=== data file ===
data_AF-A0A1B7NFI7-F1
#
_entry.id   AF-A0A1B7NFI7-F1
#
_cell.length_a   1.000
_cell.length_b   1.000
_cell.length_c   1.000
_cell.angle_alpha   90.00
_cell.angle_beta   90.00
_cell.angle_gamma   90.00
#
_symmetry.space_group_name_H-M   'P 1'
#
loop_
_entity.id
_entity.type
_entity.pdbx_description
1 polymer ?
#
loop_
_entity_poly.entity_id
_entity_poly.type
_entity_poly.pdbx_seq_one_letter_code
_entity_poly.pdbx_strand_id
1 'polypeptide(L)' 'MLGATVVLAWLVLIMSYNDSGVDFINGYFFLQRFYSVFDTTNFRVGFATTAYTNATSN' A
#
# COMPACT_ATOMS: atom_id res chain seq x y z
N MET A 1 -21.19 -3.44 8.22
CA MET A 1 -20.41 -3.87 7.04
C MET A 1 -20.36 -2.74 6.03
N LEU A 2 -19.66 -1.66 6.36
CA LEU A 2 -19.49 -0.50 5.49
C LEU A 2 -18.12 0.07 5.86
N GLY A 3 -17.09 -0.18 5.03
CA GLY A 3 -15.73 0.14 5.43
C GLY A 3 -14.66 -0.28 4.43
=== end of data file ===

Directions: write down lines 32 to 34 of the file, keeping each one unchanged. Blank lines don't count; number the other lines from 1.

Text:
CA LEU A 2 -19.49 -0.50 5.49
C LEU A 2 -18.12 0.07 5.86
N GLY A 3 -17.09 -0.18 5.03